Loans with what I considered to have a small-medium principal and a low interest rate were not my priority initially. Ultimately, I was trying to minimise the amount of extra interest I’d have to pay and those weren’t generating much.
4. I paid the outrageous suggested monthly payments.
Now, federal student loans allow quite a bit of leeway in terms of repayment. One month, my loan payments jumped to over $1,100 per month. This happened more or less out of the blue—when I called Nelnet they couldn’t tell me why it happened. They did offer to reduce the monthly payments and it felt absurd to be paying SO MUCH more than my monthly rent in monthly student loan repayments. However, I thought to myself, “the more I pay each month, the less interest I pay and the quicker I get these things out of my life”.
5. I tried to take advantage of good foreign exchange rates.
I was earning money in pounds and transferred large chunks of money back into dollars for my loan payments. While I wasn’t always so good at this when I was super busy at work, I tried to check exchange rates and projections in order to maximize my money.
When I did transfer money, I used TransferWise and I can’t recommend them enough. They offer low-cost international money transfers. They even offer a bank account that allows you to hold currency and have local bank account details in tons of different currencies/countries.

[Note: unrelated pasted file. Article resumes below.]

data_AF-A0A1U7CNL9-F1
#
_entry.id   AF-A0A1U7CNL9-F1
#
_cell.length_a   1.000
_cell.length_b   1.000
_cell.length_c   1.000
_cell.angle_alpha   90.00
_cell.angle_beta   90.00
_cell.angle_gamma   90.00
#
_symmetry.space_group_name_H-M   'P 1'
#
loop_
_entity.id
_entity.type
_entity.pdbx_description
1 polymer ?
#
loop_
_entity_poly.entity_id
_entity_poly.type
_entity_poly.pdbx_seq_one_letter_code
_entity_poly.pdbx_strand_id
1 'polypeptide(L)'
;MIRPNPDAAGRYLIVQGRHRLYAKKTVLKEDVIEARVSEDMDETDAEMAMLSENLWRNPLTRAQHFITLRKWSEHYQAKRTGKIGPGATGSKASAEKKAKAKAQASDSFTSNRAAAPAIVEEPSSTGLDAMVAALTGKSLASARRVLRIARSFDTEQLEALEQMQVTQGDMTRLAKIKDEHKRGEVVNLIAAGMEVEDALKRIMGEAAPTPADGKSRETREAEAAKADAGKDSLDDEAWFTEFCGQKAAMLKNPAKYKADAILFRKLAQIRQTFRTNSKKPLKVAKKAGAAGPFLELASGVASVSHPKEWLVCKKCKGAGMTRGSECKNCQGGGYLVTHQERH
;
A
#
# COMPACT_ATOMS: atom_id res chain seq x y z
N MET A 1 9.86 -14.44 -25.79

All About Refinancing
One of the questions I grappled with vis-à-vis my student loans was whether or not to refinance them. Ultimately, I decided not to.
If you’re thinking of refinancing, I’d recommend checking out this video from One Big Happy Life on YouTube. I’d recommend their channel in general if you’re looking for more advice on how to pay off your student loans and general finance tips.
They go through all the things you should consider in deciding whether or not to refinance your loans including the benefits of keeping federal student loans vs. having private ones. They also talk about what the heck refinancing actually even means (i.e. that you’ll be taking out a new loan in the amount of your original one to pay back your original loan, thereby replacing the old loan with an entirely new debt instrument).
Federal student loans tend to have higher interest rates. However, they offer better hardship protections and flexible repayment options. This includes the option to defer payment while you go back to school.
Because private, refinanced loans don’t offer income-based repayment plans, there’s a chance your monthly payment will go up. Furthermore, they may also have a variable interest rate. If this is the case, you need to take a look at the state of your emergency fund and your job security determine whether you’d be able to continue your payments if your financial situation changed.
Private loans do tend to have lower interest rates and you may be able to pay them off faster (but check your repayment term). You can even invest the amount you’re saving with the lower interest rate!
Hopefully, this post has Do you have U.S. student loans? What’s your strategy for paying them off?